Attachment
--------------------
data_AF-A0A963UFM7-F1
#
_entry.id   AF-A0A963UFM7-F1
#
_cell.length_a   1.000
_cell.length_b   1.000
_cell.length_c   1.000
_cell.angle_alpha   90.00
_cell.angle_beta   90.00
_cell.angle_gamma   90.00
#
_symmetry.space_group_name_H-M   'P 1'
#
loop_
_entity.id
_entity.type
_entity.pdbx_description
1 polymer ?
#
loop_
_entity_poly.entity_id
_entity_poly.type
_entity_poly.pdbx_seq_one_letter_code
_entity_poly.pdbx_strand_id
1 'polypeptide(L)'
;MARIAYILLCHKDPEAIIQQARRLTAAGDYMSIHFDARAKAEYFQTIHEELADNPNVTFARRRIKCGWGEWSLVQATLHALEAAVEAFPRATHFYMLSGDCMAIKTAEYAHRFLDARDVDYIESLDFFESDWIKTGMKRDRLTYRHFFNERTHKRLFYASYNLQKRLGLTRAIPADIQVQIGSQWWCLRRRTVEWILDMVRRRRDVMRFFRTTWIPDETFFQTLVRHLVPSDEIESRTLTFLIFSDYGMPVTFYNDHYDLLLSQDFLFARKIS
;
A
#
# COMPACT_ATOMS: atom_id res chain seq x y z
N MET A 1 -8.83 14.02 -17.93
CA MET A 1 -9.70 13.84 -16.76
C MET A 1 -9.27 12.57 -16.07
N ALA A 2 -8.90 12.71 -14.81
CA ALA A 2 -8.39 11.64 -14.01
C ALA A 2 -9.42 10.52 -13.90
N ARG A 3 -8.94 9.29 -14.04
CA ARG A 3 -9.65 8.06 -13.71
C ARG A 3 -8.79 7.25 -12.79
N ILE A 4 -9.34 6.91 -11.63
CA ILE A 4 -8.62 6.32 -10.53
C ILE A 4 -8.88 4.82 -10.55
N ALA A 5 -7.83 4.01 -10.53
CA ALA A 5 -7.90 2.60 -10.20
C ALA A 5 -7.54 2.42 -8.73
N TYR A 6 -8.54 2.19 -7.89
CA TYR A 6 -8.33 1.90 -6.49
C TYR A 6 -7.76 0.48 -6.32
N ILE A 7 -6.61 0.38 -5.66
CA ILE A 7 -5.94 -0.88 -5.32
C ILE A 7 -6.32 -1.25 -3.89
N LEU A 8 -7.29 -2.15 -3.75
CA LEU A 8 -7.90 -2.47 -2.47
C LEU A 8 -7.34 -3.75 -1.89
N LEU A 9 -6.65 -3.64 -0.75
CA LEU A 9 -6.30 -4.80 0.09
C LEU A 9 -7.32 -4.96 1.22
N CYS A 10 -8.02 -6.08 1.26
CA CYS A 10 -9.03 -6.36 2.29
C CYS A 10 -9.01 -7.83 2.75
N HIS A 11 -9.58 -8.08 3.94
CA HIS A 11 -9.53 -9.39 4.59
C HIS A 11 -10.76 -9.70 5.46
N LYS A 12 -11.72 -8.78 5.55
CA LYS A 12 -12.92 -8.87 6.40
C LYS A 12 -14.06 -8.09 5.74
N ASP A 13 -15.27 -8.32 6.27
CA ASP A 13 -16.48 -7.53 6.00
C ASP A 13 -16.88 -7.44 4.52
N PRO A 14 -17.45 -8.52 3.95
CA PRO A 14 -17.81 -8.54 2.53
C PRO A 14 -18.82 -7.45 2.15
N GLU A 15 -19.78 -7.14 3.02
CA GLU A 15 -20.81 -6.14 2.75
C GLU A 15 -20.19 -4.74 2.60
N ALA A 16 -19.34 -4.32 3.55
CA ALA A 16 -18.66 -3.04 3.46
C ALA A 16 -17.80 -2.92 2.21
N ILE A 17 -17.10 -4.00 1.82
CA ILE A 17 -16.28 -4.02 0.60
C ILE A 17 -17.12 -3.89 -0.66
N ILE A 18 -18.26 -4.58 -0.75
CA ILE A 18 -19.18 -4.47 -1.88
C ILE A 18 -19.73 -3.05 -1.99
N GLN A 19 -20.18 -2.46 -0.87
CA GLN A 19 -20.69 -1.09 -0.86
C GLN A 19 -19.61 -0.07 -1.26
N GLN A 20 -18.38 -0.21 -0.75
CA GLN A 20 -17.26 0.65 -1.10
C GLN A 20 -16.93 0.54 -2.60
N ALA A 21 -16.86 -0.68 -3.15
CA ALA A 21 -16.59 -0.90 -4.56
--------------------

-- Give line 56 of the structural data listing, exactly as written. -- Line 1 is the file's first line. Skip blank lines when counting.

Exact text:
CA LEU A 9 -6.30 -4.80 0.09